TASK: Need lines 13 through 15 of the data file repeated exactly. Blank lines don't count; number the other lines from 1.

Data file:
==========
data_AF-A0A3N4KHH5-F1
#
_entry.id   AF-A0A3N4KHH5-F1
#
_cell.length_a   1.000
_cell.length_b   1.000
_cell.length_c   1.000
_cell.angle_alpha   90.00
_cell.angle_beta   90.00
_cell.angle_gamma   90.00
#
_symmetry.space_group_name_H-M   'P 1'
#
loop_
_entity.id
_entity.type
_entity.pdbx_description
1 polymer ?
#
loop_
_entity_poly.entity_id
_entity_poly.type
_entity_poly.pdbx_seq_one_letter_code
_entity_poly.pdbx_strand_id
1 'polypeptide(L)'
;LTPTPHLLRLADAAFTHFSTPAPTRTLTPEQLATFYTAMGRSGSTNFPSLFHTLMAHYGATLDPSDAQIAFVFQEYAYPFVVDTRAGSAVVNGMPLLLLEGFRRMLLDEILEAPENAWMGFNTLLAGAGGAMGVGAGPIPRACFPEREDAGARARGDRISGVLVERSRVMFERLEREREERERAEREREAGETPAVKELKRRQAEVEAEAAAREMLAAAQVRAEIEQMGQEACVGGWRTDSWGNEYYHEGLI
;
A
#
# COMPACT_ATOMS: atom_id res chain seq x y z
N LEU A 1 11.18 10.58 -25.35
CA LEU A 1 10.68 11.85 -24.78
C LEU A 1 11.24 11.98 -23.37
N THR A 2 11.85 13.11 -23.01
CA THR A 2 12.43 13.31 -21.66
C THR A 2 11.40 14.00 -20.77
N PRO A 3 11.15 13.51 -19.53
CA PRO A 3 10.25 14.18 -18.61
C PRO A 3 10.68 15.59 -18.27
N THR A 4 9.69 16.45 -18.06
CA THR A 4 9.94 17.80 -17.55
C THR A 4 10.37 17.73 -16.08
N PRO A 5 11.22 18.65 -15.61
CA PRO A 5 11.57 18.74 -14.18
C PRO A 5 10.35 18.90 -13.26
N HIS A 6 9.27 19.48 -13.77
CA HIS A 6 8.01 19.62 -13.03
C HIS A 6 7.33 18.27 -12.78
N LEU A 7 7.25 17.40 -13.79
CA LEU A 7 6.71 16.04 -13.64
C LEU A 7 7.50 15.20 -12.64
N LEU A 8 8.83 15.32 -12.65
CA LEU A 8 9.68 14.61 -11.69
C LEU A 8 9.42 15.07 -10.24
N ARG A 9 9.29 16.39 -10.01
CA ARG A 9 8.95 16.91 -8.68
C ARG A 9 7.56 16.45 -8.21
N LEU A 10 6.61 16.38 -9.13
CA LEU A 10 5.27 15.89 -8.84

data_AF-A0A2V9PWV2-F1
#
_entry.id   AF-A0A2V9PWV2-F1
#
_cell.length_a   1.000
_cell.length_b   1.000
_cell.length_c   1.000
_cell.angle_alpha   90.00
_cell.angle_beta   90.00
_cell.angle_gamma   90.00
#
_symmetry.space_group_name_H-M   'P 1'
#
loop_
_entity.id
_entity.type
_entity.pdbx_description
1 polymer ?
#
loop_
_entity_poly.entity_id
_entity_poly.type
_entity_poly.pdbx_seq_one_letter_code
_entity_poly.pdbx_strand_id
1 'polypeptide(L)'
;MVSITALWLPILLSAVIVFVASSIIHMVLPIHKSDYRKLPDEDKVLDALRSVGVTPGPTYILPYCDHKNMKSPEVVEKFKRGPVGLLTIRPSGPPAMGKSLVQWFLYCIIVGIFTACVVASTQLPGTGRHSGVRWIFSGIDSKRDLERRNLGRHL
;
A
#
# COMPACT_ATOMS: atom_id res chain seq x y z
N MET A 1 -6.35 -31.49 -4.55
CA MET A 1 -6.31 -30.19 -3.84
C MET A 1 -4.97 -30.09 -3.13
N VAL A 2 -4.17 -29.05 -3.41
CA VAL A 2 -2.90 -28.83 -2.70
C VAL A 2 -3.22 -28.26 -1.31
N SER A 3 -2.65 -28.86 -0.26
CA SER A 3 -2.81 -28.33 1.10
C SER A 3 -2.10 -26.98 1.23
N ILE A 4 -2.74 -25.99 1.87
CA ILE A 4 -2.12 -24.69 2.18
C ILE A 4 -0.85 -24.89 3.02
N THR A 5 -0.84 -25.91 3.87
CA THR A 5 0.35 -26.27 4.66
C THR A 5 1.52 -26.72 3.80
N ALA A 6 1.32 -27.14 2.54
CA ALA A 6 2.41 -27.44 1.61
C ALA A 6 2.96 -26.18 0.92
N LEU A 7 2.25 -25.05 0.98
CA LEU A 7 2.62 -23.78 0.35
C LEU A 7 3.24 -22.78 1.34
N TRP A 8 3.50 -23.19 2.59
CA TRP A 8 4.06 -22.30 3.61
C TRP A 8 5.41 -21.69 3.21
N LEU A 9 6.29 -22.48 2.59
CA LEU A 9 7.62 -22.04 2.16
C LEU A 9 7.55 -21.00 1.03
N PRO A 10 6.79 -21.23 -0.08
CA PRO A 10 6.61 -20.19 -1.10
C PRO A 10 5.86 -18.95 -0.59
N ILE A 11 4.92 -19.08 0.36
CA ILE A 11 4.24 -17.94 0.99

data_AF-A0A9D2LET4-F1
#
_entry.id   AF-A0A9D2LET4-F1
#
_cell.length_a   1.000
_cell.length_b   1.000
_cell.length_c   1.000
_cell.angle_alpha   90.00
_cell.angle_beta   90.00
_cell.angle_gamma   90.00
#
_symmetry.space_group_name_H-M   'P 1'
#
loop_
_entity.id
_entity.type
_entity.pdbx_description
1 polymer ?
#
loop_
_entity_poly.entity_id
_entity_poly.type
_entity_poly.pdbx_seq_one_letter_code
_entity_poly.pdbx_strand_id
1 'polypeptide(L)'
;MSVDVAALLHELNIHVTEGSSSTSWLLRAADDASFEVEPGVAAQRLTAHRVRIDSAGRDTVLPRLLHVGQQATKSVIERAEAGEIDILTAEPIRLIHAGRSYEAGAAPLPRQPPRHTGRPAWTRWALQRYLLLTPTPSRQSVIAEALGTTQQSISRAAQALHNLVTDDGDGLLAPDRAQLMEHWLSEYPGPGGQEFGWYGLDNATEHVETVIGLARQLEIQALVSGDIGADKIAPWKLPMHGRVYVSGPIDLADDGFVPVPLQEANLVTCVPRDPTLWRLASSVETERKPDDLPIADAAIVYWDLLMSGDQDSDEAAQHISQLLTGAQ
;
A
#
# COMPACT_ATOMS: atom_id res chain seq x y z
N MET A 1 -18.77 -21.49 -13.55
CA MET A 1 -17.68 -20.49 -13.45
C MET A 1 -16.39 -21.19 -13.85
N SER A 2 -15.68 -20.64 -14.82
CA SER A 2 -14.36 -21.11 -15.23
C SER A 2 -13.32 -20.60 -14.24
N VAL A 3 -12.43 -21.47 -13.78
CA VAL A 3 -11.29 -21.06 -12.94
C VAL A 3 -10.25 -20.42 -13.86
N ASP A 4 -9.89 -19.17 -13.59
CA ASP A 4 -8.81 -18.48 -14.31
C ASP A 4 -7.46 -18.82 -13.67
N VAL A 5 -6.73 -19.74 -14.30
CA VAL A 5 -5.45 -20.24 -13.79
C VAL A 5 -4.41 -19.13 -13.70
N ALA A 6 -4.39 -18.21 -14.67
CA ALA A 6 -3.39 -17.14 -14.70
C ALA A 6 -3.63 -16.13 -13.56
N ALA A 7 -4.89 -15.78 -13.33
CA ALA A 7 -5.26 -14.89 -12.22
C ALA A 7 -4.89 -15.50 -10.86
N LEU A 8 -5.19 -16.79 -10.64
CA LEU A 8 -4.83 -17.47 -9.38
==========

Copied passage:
#
loop_
_entity.id